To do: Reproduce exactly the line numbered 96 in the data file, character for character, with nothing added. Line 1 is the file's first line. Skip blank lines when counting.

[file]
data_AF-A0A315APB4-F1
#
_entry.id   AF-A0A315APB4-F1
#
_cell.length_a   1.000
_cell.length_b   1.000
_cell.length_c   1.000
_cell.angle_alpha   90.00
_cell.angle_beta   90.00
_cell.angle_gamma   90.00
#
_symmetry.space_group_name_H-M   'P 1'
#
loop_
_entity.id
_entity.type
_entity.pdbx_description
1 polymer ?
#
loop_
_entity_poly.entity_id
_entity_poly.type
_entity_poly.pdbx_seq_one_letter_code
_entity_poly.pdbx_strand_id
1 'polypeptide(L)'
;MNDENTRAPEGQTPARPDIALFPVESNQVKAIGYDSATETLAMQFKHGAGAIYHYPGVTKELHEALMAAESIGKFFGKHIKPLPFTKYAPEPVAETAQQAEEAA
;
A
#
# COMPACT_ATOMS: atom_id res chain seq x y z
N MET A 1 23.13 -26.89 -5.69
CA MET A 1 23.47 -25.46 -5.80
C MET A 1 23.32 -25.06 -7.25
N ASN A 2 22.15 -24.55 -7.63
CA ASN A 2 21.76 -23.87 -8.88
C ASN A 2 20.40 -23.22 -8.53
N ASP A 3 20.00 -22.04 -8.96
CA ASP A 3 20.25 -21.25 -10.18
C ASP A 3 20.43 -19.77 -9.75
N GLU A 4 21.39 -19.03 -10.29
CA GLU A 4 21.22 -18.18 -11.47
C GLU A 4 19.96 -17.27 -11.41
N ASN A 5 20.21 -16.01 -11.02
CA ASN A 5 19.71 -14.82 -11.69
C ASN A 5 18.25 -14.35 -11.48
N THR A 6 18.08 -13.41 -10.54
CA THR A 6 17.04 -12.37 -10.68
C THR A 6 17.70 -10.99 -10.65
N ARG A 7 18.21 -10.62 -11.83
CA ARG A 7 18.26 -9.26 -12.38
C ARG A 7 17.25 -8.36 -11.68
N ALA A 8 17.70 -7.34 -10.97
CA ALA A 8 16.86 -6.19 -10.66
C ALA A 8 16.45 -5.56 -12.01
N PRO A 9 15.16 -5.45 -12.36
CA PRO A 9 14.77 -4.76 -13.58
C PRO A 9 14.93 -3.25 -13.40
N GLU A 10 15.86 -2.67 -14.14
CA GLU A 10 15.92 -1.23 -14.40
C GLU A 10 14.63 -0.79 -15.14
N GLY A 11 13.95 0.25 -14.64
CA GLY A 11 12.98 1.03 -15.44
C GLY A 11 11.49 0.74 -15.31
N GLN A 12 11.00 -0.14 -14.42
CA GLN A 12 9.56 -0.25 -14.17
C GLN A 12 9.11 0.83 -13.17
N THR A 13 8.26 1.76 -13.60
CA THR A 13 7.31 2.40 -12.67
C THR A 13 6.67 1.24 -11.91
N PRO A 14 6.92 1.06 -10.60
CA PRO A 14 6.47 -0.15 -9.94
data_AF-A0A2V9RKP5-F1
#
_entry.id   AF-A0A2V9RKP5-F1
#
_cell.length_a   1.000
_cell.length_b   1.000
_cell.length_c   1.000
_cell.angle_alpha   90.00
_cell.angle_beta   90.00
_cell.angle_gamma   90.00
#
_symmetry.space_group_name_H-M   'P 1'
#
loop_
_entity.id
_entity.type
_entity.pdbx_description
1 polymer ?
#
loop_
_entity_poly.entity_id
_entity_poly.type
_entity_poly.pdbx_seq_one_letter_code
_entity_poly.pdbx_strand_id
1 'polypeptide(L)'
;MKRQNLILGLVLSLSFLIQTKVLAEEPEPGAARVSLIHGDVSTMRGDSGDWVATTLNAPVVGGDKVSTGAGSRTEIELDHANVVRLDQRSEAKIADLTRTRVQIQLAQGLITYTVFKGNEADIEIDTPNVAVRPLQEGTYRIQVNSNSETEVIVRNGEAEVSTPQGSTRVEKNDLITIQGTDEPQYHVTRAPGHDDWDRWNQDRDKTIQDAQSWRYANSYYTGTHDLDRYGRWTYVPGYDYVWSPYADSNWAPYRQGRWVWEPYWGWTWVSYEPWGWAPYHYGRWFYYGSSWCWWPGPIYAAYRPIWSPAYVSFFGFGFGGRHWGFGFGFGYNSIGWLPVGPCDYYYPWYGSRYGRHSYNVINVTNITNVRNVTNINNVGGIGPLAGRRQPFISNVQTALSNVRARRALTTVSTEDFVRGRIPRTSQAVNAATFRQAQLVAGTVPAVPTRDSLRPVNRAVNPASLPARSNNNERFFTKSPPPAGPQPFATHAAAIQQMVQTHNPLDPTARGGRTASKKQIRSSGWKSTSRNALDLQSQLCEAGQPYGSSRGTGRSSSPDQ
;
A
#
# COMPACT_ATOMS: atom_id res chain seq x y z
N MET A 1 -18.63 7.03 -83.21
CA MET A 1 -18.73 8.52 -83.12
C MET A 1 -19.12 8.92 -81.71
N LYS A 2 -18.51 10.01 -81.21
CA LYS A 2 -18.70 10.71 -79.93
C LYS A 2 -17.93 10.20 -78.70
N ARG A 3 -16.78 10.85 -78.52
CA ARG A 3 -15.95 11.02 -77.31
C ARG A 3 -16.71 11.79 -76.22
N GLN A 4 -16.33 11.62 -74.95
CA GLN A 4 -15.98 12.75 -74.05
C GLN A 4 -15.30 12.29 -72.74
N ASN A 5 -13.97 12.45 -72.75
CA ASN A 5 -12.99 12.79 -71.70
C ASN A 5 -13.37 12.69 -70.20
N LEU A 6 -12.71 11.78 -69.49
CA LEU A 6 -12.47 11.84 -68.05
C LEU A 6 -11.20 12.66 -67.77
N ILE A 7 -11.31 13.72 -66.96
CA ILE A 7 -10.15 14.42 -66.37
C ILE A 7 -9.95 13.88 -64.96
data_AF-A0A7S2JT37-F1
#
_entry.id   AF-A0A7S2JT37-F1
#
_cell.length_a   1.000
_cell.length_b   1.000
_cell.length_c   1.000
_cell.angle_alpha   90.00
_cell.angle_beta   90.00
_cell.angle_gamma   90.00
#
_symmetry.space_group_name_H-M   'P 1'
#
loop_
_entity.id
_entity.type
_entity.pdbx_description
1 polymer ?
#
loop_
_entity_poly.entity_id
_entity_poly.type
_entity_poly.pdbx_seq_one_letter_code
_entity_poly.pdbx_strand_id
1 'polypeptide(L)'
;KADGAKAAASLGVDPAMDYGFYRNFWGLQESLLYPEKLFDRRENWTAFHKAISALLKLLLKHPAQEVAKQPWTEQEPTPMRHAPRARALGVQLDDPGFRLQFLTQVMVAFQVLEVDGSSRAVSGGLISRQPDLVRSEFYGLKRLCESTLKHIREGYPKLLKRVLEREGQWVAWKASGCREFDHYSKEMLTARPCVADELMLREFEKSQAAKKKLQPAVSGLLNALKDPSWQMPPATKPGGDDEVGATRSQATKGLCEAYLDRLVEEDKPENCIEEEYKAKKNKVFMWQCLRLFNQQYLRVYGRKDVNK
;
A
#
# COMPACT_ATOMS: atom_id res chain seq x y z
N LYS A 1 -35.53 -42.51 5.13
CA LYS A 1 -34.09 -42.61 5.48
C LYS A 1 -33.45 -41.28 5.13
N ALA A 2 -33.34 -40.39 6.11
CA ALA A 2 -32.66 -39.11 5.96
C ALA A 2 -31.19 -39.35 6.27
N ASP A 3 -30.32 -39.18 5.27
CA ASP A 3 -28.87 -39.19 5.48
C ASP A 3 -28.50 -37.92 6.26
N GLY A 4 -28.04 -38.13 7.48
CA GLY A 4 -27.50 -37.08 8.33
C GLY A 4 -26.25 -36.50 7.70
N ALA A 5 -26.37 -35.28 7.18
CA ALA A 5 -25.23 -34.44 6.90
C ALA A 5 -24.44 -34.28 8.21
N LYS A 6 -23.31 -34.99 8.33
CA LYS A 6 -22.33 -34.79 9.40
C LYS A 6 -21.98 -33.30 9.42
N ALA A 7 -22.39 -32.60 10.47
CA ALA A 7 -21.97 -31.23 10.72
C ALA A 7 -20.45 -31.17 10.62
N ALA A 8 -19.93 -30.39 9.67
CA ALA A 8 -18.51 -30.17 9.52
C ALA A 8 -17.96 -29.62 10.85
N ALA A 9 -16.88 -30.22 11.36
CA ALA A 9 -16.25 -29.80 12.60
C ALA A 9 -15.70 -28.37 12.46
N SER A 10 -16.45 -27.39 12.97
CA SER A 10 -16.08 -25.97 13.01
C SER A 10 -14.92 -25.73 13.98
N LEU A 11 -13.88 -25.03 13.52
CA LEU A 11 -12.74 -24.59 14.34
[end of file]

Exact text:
1 'polypeptide(L)'